I’m writing a “First Bites” preview of two new restaurants this week. I’m struggling with one of them, a restaurant that has been so disappointing that the prospect of a second bite makes me want to tender my resignation.
But, really, I’m resigned to sharing my experiences with you; I am, after all, paid to be your surrogate stomach.
“First Bites” are previews, not reviews. “First Bites” are supposed to be samplers — brief tastes of menus, decor and overall vibes of new restaurants. “First Bites” are generally written within a month of restaurants’ openings. Actual reviews
My out-of-state horoscope guru dude counsels me thusly this week:
"According to the macrobiotic approach to diet, the healthiest food for you to eat is that which has been grown near you, or at least in the same latitude. Unless you live in the tropics, for instance, bananas shouldn’t be on your menu. Let’s make that meme your Metaphor of the Week, Aquarius. According to my interpretation of the omens, all your best bets will be local and homegrown."
What a culinary coincidence. I’m working, and chewing, on that very topic right now. Here
In the 1938 French film "La Femme du Boulanger," the anguished village baker pleads for his unfaithful wife’s return:
"I will make for you a bread so good that it will never again be used as an accompaniment for other foods; it would be a nourishment in itself, a food for gourmands. One would never again say, ‘I have eaten a tartin of cheese on some bread.’ One would say instead, ‘I have savored a tartin of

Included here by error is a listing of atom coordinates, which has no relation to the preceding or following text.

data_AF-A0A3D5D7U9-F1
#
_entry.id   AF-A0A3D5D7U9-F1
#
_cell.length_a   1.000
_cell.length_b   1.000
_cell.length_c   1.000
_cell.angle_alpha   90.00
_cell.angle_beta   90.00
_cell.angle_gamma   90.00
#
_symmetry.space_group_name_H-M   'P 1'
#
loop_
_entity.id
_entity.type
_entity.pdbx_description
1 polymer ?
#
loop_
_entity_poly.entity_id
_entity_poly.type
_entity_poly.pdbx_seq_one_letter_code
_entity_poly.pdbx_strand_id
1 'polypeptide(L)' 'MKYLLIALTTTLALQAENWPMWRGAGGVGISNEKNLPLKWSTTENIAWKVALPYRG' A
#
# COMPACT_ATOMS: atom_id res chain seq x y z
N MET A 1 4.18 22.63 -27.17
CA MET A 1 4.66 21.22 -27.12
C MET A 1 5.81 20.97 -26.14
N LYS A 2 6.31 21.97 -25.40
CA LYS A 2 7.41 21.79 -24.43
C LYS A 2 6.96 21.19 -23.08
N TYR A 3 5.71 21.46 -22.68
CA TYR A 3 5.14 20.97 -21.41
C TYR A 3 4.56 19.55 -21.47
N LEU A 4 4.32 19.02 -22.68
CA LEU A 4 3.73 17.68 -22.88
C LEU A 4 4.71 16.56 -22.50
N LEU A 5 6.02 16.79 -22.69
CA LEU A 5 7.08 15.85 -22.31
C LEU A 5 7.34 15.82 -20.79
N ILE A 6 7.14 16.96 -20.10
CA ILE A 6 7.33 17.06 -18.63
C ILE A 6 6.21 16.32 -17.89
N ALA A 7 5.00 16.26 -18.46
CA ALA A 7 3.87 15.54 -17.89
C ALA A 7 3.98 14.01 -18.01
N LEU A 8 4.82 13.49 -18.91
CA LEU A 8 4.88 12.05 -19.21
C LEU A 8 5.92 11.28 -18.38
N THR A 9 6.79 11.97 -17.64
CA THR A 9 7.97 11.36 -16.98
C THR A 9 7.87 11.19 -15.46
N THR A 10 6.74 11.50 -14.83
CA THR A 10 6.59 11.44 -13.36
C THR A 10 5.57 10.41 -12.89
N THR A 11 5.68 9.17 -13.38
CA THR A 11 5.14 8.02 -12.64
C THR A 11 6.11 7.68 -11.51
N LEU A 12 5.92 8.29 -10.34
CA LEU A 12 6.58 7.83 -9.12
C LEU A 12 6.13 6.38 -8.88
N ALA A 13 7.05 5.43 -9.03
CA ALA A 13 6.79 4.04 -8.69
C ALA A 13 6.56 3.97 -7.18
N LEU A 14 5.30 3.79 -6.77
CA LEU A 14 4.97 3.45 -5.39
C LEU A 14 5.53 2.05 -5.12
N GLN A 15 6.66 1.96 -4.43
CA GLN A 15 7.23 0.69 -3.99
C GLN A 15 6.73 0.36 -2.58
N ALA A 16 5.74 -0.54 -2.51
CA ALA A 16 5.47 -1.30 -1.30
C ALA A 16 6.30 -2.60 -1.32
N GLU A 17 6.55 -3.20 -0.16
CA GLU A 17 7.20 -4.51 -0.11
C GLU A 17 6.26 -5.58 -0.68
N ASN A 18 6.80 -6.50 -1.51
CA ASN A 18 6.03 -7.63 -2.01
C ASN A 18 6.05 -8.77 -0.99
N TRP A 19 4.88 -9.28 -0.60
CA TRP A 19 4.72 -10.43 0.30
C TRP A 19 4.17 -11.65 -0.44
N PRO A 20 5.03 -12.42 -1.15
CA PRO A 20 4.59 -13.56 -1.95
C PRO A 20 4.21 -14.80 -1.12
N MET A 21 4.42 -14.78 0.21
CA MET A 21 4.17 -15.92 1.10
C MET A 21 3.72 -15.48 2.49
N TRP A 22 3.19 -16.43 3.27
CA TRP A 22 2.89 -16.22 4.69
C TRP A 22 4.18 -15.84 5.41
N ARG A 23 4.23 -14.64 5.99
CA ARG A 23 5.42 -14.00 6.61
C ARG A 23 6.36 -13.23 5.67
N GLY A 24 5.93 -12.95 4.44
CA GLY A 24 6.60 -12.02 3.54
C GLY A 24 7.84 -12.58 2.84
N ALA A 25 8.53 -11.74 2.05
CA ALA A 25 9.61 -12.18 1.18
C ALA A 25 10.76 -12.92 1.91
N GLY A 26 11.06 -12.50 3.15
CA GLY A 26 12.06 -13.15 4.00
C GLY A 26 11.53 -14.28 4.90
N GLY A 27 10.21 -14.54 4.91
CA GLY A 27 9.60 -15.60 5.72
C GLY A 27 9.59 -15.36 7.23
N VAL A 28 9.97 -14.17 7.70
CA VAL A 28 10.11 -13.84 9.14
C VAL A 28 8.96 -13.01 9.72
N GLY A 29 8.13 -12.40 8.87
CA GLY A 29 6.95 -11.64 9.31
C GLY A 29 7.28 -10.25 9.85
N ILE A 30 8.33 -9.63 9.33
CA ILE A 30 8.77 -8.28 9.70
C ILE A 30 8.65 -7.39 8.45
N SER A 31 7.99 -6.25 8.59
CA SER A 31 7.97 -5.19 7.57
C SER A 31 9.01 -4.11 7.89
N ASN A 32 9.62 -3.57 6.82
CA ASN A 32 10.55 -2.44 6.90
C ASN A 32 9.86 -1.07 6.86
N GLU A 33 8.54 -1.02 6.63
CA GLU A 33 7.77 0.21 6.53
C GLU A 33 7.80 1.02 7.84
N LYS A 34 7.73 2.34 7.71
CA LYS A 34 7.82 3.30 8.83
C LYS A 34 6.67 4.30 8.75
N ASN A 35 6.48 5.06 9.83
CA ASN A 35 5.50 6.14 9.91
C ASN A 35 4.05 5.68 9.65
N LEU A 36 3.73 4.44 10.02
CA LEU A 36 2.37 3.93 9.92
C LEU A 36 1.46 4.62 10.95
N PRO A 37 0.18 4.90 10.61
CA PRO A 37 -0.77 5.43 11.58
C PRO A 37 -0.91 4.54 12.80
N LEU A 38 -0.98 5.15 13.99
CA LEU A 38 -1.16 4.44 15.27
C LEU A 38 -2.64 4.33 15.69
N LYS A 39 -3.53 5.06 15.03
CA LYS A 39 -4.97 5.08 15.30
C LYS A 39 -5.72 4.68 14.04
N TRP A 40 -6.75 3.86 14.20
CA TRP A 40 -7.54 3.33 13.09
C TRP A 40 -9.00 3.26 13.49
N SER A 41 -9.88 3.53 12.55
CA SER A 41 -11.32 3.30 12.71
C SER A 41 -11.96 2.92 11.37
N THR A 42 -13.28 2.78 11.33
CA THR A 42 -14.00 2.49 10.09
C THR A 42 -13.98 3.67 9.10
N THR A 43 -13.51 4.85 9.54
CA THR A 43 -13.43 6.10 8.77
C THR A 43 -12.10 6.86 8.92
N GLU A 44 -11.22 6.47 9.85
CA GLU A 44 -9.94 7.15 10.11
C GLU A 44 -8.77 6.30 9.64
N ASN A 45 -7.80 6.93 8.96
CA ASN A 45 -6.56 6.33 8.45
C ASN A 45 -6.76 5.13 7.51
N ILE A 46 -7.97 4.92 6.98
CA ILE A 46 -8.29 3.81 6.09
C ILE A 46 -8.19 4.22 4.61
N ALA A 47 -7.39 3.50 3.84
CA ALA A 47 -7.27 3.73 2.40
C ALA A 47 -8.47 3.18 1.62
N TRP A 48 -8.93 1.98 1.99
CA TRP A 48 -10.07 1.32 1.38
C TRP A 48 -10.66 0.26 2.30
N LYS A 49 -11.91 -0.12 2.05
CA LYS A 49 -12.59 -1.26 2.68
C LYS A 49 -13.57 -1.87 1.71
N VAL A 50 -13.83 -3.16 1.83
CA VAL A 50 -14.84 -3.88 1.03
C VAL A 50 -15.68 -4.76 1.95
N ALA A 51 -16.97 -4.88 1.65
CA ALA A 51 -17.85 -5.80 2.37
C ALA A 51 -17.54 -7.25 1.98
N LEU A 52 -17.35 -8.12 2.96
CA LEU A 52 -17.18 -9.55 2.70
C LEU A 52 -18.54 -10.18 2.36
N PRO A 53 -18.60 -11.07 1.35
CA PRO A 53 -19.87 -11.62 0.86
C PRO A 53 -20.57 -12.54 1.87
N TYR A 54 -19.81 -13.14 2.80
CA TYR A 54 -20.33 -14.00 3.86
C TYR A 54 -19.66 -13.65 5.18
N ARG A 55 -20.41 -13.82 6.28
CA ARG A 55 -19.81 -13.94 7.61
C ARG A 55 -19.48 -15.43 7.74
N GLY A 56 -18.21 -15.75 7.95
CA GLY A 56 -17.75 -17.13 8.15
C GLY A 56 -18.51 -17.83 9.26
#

AUSTIN, Texas – Taking a break from discussing beer with a dozen women at the Craft Brewers Conference last week, I stared down from the fourth-floor balcony of the Hilton, curious about a white-brick hacienda with valet parking across the street. Later, curious and hungry, I moseyed over and asked to see a menu.
Carmelo’s is an Italian restaurant. Nice-looking: White tablecloths and candles dotted the dining room’s intimacy. Pricier than I wanted to pay, especially since my credit card had just been rejected at the La Quinta.
On June 21, 1947 — two weeks before whatever happened in Roswell — Harold Dahl of Tacoma reported an encounter with six donut-shaped discs hovering above the water south of Maury Island. Three days later, a federal marshal reported nine unidentified